‘I’m being pulled in too many different directions’: academic identity tensions at regional public universities in challenging economic times
Author ORCID Identifier
Lindsay Harris: https://orcid.org/0000-0001-8573-6153
Amy Stich: https://orcid.org/0000-0002-1260-5088
Kelly Summers: https://orcid.org/0000-0003-2899-3692
Studies in Higher Education
Faculty (N = 205) at regional public universities (RPUs) in the United States were surveyed for self-reports of their primary academic identity (teacher, researcher) and qualitative descriptions of struggles related to their academic identity. Well-being and job satisfaction were examined as outcome measures of identity struggles. Participants were selected from RPUs in Illinois, a state with severe budget challenges, to assess the impact of financial pressures on academic identity at traditionally teaching-focused institutions. Responses were not uniform across faculty, with some reporting few identity struggles and others reporting difficulty managing, lack of institutional support, and feeling that something would need to ‘give’ eventually. Faculty who identified as researchers and who spent most of their time doing research reported the fewest struggles, while researchers who were not able to devote time to research most frequently reported distress. Implications and challenges to faculty work and strains on academic identity at RPUs are discussed.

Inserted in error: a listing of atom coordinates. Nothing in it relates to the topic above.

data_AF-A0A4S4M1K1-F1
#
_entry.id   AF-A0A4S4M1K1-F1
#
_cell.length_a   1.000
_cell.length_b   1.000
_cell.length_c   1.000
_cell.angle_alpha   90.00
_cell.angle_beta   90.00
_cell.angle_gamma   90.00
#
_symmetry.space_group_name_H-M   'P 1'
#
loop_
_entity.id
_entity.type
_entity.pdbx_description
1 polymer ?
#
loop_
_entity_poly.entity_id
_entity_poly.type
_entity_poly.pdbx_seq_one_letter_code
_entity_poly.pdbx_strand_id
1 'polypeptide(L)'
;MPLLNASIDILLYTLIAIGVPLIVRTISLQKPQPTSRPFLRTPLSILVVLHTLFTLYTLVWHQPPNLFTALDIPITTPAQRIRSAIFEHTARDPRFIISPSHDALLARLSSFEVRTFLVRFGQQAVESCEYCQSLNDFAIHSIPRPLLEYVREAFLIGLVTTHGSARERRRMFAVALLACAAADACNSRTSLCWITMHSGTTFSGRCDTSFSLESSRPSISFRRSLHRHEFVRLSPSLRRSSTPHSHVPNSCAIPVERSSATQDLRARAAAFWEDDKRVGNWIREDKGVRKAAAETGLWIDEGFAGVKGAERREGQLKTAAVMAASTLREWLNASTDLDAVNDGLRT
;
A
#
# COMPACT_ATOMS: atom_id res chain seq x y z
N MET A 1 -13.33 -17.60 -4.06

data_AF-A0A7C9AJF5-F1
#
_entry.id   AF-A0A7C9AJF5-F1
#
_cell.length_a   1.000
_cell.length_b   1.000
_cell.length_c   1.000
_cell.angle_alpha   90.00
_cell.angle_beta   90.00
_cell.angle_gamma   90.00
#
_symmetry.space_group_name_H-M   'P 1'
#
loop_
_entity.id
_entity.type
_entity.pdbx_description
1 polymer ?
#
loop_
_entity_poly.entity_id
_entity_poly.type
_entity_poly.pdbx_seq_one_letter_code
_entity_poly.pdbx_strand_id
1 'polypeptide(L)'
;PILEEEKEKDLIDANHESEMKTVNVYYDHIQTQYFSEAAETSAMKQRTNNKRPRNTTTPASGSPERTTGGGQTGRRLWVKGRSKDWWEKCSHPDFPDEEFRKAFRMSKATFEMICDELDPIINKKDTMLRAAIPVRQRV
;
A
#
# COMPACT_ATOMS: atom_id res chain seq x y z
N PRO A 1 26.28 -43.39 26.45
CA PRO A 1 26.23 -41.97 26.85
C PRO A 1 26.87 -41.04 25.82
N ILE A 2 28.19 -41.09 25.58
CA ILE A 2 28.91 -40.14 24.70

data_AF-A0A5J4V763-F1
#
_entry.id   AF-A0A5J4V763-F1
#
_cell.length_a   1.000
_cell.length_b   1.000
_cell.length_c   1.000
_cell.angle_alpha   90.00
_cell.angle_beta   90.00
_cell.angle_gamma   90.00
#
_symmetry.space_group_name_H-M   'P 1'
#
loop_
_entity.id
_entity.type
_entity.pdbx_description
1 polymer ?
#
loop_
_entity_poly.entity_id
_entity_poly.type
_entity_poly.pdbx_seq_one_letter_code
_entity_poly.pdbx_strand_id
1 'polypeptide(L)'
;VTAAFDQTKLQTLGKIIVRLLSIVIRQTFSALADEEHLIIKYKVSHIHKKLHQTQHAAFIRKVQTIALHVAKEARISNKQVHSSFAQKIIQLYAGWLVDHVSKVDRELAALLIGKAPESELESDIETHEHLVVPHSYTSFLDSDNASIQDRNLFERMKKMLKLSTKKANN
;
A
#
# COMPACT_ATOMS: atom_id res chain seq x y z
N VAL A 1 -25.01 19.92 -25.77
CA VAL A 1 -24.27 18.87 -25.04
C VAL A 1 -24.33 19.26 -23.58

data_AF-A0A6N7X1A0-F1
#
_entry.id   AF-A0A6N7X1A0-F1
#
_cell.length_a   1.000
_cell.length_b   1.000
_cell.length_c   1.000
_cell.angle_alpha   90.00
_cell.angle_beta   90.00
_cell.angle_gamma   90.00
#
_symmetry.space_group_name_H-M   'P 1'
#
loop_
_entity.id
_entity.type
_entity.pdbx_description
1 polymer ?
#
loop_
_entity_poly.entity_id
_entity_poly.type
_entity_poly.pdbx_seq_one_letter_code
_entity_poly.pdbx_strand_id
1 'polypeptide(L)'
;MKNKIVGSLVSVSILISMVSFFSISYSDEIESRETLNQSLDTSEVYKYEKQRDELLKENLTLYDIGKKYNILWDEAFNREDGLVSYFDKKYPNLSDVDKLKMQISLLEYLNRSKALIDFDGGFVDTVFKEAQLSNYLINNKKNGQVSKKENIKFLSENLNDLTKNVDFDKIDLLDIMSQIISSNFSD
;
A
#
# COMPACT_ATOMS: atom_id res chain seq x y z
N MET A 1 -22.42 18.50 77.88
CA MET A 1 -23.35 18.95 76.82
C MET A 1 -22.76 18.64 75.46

Academic identity, higher education, regional public universities
Dugas, Daryl; Stich, Amy E.; Harris, Lindsay N.; and Summers, Kelly H., "‘I’m being pulled in too many different directions’: academic identity tensions at regional public universities in challenging economic times" (2018). NIU Bibliography. 126.
Department of Leadership, Educational Psychology, and Foundations (LEPF)